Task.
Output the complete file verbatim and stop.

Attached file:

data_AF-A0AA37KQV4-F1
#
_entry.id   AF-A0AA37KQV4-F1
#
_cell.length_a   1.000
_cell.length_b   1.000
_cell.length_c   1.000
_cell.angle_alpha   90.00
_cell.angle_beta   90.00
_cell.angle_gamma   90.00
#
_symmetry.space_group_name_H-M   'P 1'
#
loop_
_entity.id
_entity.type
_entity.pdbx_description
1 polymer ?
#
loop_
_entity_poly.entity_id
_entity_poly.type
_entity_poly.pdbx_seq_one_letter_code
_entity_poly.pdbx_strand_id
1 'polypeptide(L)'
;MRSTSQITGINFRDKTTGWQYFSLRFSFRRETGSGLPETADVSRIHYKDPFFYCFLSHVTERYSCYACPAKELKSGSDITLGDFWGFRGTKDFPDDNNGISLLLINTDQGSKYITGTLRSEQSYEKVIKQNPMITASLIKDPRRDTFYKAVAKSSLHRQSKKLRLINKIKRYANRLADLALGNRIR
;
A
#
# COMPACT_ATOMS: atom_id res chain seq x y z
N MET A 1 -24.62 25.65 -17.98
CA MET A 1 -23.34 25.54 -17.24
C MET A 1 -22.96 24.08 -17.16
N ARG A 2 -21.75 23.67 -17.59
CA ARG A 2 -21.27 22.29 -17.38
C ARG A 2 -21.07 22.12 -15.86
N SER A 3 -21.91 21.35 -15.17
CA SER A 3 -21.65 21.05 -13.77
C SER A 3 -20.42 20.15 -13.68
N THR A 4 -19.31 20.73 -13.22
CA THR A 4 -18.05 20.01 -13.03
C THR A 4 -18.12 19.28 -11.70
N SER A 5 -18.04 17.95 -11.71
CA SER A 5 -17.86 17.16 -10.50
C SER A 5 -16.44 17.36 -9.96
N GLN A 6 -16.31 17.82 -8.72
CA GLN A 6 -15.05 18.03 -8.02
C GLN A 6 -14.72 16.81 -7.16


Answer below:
data_AF-A0AA37KQV4-F1
#
_entry.id   AF-A0AA37KQV4-F1
#
_cell.length_a   1.000
_cell.length_b   1.000
_cell.length_c   1.000
_cell.angle_alpha   90.00
_cell.angle_beta   90.00
_cell.angle_gamma   90.00
#
_symmetry.space_group_name_H-M   'P 1'
#
loop_
_entity.id
_entity.type
_entity.pdbx_description
1 polymer ?
#
loop_
_entity_poly.entity_id
_entity_poly.type
_entity_poly.pdbx_seq_one_letter_code
_entity_poly.pdbx_strand_id
1 'polypeptide(L)'
;MRSTSQITGINFRDKTTGWQYFSLRFSFRRETGSGLPETADVSRIHYKDPFFYCFLSHVTERYSCYACPAKELKSGSDITLGDFWGFRGTKDFPDDNNGISLLLINTDQGSKYITGTLRSEQSYEKVIKQNPMITASLIKDPRRDTFYKAVAKSSLHRQSKKLRLINKIKRYANRLADLALGNRIR
;
A
#
# COMPACT_ATOMS: atom_id res chain seq x y z
N MET A 1 -24.62 25.65 -17.98
CA MET A 1 -23.34 25.54 -17.24
C MET A 1 -22.96 24.08 -17.16
N ARG A 2 -21.75 23.67 -17.59
CA ARG A 2 -21.27 22.29 -17.38
C ARG A 2 -21.07 22.12 -15.86
N SER A 3 -21.91 21.35 -15.17
CA SER A 3 -21.65 21.05 -13.77
C SER A 3 -20.42 20.15 -13.68
N THR A 4 -19.31 20.73 -13.22
CA THR A 4 -18.05 20.01 -13.03
C THR A 4 -18.12 19.28 -11.70
N SER A 5 -18.04 17.95 -11.71
CA SER A 5 -17.86 17.16 -10.50
C SER A 5 -16.44 17.36 -9.96
N GLN A 6 -16.31 17.82 -8.72
CA GLN A 6 -15.05 18.03 -8.02
C GLN A 6 -14.72 16.81 -7.16